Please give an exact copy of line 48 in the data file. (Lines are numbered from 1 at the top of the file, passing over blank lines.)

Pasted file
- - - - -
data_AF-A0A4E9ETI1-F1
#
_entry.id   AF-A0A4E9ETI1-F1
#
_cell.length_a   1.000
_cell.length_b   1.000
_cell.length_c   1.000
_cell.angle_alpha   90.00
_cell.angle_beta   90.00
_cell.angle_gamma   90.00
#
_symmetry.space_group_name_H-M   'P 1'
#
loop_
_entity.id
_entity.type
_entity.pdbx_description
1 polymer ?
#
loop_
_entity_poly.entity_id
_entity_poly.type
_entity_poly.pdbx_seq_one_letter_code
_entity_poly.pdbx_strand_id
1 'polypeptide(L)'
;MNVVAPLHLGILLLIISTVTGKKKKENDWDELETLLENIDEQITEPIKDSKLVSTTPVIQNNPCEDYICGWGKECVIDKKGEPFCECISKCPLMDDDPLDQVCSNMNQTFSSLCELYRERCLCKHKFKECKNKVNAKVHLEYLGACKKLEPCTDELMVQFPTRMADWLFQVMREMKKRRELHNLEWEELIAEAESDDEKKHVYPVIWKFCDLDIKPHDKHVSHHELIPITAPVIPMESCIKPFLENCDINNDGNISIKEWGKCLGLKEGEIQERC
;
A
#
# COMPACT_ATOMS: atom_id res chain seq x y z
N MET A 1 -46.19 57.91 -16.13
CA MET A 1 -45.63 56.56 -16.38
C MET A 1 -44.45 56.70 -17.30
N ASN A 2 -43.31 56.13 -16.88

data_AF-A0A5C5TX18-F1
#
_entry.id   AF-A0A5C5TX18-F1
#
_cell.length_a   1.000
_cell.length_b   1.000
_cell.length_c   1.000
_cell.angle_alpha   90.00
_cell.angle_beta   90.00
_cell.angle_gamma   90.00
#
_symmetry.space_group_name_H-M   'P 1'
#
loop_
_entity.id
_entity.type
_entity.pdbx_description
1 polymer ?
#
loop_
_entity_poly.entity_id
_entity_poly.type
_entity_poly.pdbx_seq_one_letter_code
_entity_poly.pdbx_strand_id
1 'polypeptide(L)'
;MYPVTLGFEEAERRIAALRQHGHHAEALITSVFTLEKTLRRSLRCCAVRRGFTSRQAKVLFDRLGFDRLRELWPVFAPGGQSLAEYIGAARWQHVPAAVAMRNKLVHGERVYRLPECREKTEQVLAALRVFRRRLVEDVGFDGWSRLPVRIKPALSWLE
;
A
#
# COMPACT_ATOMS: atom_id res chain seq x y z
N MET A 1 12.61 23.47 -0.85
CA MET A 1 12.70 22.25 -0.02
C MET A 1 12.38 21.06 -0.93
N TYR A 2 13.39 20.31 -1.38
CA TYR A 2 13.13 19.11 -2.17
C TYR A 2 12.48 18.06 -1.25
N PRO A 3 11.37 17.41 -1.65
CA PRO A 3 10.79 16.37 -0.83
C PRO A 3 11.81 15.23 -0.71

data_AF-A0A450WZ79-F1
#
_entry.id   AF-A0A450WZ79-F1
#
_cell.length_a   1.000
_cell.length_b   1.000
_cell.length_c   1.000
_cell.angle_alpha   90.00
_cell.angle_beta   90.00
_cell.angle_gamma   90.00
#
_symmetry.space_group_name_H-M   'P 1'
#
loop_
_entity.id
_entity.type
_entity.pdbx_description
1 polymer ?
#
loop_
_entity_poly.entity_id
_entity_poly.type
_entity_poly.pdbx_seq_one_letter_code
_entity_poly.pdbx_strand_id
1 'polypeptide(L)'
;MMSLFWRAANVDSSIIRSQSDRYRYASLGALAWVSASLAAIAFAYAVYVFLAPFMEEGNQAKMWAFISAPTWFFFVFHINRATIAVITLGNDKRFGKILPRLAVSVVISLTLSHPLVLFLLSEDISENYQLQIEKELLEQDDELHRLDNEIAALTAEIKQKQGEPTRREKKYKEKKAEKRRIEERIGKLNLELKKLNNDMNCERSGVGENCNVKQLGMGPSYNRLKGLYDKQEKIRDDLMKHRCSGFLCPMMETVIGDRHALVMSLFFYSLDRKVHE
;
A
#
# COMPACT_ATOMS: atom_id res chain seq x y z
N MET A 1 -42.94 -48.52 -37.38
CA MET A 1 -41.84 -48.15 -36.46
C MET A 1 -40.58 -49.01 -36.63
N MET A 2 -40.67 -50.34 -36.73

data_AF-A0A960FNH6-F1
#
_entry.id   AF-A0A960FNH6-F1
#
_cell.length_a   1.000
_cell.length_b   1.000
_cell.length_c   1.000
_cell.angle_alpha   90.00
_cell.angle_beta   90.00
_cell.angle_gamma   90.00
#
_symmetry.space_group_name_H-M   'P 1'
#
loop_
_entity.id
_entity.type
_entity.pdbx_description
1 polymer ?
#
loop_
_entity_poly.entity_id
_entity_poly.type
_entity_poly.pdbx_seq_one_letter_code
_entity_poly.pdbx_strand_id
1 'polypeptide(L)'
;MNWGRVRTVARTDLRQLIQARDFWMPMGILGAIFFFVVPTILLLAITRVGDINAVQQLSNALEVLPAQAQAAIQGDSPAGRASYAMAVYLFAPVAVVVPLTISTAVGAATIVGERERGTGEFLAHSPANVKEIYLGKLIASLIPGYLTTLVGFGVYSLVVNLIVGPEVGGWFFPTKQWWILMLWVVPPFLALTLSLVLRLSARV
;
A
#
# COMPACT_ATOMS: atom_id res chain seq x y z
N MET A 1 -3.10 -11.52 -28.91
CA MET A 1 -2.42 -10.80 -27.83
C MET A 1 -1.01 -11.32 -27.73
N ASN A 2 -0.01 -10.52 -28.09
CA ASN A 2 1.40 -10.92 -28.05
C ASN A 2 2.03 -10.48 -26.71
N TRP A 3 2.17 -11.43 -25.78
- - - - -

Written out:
loop_